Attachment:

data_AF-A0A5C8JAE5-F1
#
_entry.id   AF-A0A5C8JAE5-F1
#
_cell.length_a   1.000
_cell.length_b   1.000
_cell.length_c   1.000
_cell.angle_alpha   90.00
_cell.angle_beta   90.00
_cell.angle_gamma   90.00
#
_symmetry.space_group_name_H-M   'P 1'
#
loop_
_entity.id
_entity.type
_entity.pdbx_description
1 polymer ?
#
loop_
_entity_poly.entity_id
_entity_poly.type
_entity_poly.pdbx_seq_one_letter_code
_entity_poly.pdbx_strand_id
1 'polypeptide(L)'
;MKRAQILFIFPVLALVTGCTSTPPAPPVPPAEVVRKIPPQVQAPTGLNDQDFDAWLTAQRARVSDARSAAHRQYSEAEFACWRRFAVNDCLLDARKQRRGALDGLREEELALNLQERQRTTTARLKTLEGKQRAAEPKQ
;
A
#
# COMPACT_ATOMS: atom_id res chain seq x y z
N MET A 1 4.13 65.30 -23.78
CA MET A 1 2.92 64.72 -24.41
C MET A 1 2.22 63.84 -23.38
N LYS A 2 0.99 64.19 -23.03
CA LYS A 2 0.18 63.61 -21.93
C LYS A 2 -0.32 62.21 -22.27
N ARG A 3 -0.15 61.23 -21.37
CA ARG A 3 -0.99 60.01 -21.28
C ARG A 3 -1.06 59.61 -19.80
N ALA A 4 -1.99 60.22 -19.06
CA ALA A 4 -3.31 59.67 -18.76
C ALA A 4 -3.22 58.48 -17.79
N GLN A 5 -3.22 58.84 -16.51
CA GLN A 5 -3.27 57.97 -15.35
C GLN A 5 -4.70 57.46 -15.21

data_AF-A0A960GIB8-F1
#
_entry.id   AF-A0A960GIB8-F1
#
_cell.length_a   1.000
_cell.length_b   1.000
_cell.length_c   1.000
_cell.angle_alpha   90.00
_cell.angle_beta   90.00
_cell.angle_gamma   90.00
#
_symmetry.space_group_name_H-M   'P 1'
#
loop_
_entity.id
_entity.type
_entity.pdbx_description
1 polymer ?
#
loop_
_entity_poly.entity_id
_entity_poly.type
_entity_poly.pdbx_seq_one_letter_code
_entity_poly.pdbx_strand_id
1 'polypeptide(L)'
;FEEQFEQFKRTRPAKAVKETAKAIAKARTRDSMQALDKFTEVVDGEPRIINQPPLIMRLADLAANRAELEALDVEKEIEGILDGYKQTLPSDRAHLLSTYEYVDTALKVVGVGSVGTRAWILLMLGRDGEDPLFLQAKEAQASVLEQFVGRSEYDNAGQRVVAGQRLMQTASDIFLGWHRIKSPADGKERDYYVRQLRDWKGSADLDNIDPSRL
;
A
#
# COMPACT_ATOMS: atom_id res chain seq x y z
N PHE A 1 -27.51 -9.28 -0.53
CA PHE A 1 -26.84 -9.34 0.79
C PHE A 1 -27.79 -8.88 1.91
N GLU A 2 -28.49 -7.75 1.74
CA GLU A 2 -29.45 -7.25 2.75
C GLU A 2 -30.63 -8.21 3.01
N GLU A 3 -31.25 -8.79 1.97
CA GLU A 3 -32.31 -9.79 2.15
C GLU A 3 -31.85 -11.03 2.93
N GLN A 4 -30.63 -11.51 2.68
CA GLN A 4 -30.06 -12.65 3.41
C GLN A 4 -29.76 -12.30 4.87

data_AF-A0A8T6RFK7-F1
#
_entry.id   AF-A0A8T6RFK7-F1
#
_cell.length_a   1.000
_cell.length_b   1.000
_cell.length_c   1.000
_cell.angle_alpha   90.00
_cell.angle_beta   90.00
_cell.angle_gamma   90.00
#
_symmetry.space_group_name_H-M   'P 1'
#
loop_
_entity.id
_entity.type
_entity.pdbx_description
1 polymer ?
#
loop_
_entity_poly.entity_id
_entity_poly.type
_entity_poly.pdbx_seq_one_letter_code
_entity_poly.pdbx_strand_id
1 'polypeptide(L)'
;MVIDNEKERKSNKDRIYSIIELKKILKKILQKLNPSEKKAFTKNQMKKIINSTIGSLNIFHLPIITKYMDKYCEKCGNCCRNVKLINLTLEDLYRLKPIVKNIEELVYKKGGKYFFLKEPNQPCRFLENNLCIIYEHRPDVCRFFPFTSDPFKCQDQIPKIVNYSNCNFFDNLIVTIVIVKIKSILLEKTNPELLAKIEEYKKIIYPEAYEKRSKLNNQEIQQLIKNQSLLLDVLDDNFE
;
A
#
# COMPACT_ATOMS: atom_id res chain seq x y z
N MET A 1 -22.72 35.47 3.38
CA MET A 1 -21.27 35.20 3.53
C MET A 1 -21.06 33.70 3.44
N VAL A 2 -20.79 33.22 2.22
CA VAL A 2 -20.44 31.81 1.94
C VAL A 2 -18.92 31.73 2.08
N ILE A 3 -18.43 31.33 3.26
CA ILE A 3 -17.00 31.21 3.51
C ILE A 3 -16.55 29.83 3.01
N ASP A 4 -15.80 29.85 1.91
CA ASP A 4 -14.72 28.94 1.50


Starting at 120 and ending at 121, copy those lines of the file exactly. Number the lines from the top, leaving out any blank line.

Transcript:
C MET A 1 -21.06 33.70 3.44
N VAL A 2 -20.79 33.22 2.22